Wednesday, July 13, 2011

Run that by me again

Via Megan McArdle, there’s an opinion piece up at MSNBC arguing that the Harvard researchers who want some obese children removed from their parents are wrong. I haven’t thought through the Harvard idea enough to have an opinion on it but I was struck by two statements in the MSNBC piece. First (emphasis mine):

The only basis for compelling medical treatment against a parent’s wishes are if a child is at imminent risk of death — meaning days or hours — and a proven cure exists for what threatens to kill them. Obesity does not pass these requirements.

The risk of death from obesity is real, but it is way down the road for kids. There is no proven cure for obesity.

But then:

But if we don't yank heavy kids from their obesity-encouraging homes, what should we do? [snip]

... might we try to change our food culture? This means doing what we have done for smoking. Demonize the companies that sell and market food that is not nutritious. That means you, candy, soda, fried food and snack food outfits. Tax them too. And get Hollywood and television to make overeating and not exercising uncool just like they did with smoking. Put exercise back on the menu for all school kids.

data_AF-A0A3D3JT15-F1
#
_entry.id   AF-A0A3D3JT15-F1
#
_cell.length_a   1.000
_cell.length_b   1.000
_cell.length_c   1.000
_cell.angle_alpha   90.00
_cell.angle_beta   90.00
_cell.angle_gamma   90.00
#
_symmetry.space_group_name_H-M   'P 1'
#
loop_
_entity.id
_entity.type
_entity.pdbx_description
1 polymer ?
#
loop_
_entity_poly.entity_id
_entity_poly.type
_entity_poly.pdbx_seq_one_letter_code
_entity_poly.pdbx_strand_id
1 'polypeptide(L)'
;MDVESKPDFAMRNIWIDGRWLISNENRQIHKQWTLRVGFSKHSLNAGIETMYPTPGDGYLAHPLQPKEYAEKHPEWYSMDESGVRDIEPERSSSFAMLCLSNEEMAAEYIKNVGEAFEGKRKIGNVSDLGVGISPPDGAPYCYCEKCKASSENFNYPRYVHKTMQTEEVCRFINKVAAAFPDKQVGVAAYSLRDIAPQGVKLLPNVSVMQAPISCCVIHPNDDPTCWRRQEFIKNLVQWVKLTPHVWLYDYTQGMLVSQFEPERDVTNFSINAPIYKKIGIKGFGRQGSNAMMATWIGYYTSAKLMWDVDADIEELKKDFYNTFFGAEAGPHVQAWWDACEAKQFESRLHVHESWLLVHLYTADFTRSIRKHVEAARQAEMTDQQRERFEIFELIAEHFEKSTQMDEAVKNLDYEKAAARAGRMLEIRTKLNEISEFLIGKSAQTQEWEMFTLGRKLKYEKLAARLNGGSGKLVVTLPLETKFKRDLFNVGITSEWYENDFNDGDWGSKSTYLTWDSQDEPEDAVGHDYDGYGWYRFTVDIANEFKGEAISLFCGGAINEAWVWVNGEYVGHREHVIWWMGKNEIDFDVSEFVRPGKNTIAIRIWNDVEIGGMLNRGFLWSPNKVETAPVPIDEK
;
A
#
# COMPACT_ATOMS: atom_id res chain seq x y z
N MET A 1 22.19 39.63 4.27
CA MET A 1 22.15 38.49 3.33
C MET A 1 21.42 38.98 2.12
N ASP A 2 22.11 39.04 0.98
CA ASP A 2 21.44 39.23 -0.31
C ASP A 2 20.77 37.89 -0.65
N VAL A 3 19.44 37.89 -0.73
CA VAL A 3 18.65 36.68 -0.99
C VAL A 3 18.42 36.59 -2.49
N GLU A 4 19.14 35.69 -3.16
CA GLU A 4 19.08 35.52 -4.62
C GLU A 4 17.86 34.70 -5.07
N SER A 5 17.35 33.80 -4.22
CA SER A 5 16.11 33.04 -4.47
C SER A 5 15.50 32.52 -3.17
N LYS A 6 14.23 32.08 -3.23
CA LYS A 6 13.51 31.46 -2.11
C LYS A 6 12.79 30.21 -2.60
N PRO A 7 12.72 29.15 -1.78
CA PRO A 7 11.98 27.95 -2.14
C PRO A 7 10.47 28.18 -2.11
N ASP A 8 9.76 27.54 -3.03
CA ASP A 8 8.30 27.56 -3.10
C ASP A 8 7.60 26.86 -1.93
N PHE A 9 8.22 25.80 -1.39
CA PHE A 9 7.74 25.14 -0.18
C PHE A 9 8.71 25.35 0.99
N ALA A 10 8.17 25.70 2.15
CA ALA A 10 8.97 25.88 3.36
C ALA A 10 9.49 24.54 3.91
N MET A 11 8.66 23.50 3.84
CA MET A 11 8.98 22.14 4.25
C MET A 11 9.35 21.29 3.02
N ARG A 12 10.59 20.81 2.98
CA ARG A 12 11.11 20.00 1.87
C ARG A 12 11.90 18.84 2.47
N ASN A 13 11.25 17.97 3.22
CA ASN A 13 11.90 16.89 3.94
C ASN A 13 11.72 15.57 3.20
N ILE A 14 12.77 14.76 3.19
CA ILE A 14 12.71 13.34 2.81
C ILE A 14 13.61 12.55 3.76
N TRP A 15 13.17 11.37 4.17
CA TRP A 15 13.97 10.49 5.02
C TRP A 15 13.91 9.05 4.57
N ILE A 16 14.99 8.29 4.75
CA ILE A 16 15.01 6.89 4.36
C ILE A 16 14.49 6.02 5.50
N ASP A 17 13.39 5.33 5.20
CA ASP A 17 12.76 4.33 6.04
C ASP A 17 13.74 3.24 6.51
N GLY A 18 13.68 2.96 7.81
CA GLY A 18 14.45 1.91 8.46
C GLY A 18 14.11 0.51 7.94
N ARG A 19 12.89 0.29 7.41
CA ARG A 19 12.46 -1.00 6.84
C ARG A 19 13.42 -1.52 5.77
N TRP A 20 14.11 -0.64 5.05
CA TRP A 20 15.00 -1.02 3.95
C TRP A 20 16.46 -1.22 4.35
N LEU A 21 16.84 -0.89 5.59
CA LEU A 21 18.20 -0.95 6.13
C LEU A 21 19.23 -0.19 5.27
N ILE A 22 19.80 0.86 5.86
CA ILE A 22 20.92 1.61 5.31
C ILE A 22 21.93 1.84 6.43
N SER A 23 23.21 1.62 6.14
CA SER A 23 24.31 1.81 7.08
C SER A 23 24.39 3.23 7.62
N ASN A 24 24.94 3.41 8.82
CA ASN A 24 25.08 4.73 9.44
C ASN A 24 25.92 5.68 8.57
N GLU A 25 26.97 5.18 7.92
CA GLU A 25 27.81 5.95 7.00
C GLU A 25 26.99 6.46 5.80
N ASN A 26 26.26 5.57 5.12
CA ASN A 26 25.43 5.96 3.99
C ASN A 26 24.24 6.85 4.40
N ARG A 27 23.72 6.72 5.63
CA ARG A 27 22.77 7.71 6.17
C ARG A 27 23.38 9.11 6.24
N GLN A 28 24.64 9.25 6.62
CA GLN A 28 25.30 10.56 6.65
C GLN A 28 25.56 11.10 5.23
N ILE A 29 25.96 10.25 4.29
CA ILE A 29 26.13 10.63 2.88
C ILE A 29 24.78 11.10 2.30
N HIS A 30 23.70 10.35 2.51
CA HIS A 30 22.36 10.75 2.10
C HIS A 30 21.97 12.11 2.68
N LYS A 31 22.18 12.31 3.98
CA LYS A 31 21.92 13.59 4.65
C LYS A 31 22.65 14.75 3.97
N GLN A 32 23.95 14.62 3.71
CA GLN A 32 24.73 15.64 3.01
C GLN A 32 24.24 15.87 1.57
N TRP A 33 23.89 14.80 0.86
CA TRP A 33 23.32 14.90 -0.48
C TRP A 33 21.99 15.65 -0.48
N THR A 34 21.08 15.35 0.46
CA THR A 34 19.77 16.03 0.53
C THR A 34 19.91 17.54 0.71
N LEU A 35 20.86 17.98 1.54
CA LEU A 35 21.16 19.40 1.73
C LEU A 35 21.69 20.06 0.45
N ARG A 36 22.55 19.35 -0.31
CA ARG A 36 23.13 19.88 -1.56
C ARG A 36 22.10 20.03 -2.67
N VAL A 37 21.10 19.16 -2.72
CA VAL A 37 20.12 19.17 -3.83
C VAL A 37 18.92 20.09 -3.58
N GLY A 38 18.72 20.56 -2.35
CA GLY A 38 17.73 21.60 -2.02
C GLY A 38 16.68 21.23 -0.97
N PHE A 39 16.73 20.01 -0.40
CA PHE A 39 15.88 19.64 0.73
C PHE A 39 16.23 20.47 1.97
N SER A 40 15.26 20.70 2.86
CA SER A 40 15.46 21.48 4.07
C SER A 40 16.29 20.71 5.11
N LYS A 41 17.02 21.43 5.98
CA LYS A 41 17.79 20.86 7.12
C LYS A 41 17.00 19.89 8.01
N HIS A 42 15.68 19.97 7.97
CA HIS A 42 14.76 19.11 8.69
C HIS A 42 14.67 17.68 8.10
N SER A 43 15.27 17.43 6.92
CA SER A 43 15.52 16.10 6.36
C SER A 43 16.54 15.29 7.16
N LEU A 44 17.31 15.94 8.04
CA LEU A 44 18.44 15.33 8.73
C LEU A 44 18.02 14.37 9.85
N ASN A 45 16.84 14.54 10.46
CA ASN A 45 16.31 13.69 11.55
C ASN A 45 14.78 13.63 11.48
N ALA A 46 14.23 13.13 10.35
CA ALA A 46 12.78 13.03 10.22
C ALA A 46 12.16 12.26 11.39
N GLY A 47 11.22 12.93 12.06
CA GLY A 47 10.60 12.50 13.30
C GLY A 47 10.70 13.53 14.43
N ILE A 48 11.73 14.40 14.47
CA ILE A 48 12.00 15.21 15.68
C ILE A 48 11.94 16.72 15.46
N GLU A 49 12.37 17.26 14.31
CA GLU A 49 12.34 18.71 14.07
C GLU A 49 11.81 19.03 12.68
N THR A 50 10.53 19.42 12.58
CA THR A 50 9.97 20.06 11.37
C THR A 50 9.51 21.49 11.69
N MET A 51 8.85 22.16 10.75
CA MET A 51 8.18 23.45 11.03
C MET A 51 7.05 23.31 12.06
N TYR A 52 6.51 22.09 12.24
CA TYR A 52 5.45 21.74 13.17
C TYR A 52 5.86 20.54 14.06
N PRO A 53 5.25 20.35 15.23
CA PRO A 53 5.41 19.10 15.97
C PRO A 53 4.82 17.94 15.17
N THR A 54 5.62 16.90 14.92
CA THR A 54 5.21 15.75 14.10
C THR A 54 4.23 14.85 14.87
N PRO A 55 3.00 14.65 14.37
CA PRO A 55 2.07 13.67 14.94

So which is it? There’s no proven cure for obesity or changing our food culture will cure obesity?


E Hines said...

There was an unsatisfying debate on the noon FoxNews program about this. One lady more or less agreed that child obesity could approach child negligence, or even abuse, but insisted that the only correct answer was to treat the family unit--education, diet instruction, exercise instruction, and so on. It was just too traumatic to take the child out of the family unit. I was left with the impression that with more "classic" child abuse--sexual abuse, beatings, and so on--it still would be too traumatic to take the child out of the family unit: this unit should be treated with anger management, sexual mores, etc. The other lady argued that only as a last resort--and only in cases of extreme obesity--would the child be taken out of the family--indeed, only after the very things the first lady argued for had been tried and had failed.

I agree that child obesity can be child abuse, but I'm hard pressed at where to draw that line. I also am unsure that modern medicine can reliably discriminate between obesity from poor behavior and obesity from a metabolic problem.

Eric Hines

Elise said...

There are a lot of problems with the "remove the child" approach. If nothing else, after a certain age, there's a limit to how much parents can do to control what their children eat.

I also don't think I would classify a child being obese as child abuse. I imagine you could go for child neglect or child endangerment but it's a heck of a slippery slope. Would you take a 12-year-old who smoked away from his parents? A 13-year-old who slept around? I'm going to have to think about this one for a while.

I would certainly say that if taking an obese child away from his or her parents was considered, it should happen only after other interventions were tried and had failed. I can also say that anyone who thinks a child who is being sexually or physically abused should be left with his or her parents is dead wrong.